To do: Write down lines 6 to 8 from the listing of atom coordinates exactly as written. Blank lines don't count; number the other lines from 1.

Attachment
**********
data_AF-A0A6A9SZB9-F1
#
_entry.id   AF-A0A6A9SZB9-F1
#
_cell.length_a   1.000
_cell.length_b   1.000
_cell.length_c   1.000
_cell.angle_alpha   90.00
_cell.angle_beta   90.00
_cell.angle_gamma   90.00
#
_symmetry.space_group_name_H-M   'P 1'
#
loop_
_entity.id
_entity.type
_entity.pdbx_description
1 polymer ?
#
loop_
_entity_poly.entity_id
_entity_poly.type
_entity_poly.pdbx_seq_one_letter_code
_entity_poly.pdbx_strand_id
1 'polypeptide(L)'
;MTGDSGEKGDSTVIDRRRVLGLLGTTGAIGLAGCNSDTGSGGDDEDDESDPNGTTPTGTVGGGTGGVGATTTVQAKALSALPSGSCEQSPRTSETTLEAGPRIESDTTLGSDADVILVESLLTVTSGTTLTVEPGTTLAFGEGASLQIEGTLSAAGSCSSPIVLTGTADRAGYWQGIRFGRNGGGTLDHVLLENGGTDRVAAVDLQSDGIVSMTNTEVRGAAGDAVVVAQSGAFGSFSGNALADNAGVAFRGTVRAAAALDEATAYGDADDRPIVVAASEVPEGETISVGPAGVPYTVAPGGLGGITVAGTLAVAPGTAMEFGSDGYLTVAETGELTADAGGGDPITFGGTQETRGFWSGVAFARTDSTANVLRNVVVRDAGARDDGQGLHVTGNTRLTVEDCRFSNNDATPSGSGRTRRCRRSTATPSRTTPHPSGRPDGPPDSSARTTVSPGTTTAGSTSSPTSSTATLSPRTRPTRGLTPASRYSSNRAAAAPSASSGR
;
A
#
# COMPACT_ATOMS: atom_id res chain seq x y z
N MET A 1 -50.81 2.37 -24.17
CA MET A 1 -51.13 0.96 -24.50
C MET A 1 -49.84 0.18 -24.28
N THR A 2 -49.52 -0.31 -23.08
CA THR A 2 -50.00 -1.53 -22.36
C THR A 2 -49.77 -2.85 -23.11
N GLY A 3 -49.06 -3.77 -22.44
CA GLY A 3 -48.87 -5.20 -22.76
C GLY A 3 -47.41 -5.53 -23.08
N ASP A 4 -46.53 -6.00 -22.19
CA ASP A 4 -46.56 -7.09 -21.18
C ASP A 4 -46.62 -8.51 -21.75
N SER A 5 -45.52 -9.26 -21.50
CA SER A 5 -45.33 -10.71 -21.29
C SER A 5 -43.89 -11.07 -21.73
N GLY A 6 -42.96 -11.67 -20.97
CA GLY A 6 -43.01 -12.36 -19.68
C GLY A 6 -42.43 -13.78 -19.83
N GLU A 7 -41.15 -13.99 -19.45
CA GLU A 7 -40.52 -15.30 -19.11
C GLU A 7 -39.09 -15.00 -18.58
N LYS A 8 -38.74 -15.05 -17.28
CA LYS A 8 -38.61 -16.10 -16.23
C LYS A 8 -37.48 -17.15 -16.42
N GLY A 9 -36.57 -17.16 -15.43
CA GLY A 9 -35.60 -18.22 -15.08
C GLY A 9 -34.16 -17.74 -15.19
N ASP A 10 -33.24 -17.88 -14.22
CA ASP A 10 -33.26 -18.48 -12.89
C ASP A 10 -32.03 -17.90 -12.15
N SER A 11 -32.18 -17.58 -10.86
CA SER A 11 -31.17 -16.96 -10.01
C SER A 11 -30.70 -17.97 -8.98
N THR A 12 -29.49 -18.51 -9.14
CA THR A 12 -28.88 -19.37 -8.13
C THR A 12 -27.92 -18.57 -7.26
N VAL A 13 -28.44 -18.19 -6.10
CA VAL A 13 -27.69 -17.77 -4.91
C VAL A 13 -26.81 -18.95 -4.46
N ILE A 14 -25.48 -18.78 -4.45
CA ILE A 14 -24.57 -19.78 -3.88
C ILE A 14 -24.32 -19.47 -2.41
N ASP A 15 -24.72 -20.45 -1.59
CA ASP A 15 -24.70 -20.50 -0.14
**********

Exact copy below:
_cell.length_b   1.000
_cell.length_c   1.000
_cell.angle_alpha   90.00